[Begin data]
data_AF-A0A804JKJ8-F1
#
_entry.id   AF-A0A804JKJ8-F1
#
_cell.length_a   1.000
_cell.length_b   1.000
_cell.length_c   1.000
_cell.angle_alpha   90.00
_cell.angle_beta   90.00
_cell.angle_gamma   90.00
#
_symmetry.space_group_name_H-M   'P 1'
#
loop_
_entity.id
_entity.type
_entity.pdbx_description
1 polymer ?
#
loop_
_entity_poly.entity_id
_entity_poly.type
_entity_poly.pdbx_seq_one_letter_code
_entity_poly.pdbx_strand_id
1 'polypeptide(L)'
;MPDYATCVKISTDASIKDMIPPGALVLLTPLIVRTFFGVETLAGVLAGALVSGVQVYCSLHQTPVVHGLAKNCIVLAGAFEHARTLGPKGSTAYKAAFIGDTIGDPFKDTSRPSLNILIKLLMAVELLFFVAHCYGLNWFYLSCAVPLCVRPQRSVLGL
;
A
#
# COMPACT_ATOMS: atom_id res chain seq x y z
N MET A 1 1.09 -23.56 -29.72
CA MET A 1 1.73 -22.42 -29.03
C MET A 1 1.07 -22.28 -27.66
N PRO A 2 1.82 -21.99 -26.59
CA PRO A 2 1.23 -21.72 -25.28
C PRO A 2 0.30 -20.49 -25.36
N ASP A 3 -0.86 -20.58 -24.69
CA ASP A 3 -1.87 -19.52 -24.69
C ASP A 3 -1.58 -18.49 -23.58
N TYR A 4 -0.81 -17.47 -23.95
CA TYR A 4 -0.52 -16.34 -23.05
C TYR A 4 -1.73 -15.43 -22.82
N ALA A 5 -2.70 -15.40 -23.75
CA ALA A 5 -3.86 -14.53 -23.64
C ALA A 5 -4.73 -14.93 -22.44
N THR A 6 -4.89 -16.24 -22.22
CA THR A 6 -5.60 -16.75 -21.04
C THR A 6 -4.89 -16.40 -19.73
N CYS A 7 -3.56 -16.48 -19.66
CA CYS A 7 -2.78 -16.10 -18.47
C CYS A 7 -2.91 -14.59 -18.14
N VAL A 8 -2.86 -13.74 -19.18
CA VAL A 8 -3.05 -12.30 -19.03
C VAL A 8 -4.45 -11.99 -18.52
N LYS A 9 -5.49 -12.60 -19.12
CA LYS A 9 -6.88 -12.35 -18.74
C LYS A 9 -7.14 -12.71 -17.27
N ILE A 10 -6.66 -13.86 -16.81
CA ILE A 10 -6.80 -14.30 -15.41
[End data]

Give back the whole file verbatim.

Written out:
data_AF-A0A804JKJ8-F1
#
_entry.id   AF-A0A804JKJ8-F1
#
_cell.length_a   1.000
_cell.length_b   1.000
_cell.length_c   1.000
_cell.angle_alpha   90.00
_cell.angle_beta   90.00
_cell.angle_gamma   90.00
#
_symmetry.space_group_name_H-M   'P 1'
#
loop_
_entity.id
_entity.type
_entity.pdbx_description
1 polymer ?
#
loop_
_entity_poly.entity_id
_entity_poly.type
_entity_poly.pdbx_seq_one_letter_code
_entity_poly.pdbx_strand_id
1 'polypeptide(L)'
;MPDYATCVKISTDASIKDMIPPGALVLLTPLIVRTFFGVETLAGVLAGALVSGVQVYCSLHQTPVVHGLAKNCIVLAGAFEHARTLGPKGSTAYKAAFIGDTIGDPFKDTSRPSLNILIKLLMAVELLFFVAHCYGLNWFYLSCAVPLCVRPQRSVLGL
;
A
#
# COMPACT_ATOMS: atom_id res chain seq x y z
N MET A 1 1.09 -23.56 -29.72
CA MET A 1 1.73 -22.42 -29.03
C MET A 1 1.07 -22.28 -27.66
N PRO A 2 1.82 -21.99 -26.59
CA PRO A 2 1.23 -21.72 -25.28
C PRO A 2 0.30 -20.49 -25.36
N ASP A 3 -0.86 -20.58 -24.69
CA ASP A 3 -1.87 -19.52 -24.69
C ASP A 3 -1.58 -18.49 -23.58
N TYR A 4 -0.81 -17.47 -23.95
CA TYR A 4 -0.52 -16.34 -23.05
C TYR A 4 -1.73 -15.43 -22.82
N ALA A 5 -2.70 -15.40 -23.75
CA ALA A 5 -3.86 -14.53 -23.64
C ALA A 5 -4.73 -14.93 -22.44
N THR A 6 -4.89 -16.24 -22.22
CA THR A 6 -5.60 -16.75 -21.04
C THR A 6 -4.89 -16.40 -19.73
N CYS A 7 -3.56 -16.48 -19.66
CA CYS A 7 -2.78 -16.10 -18.47
C CYS A 7 -2.91 -14.59 -18.14
N VAL A 8 -2.86 -13.74 -19.18
CA VAL A 8 -3.05 -12.30 -19.03
C VAL A 8 -4.45 -11.99 -18.52
N LYS A 9 -5.49 -12.60 -19.12
CA LYS A 9 -6.88 -12.35 -18.74
C LYS A 9 -7.14 -12.71 -17.27
N ILE A 10 -6.66 -13.86 -16.81
CA ILE A 10 -6.80 -14.30 -15.41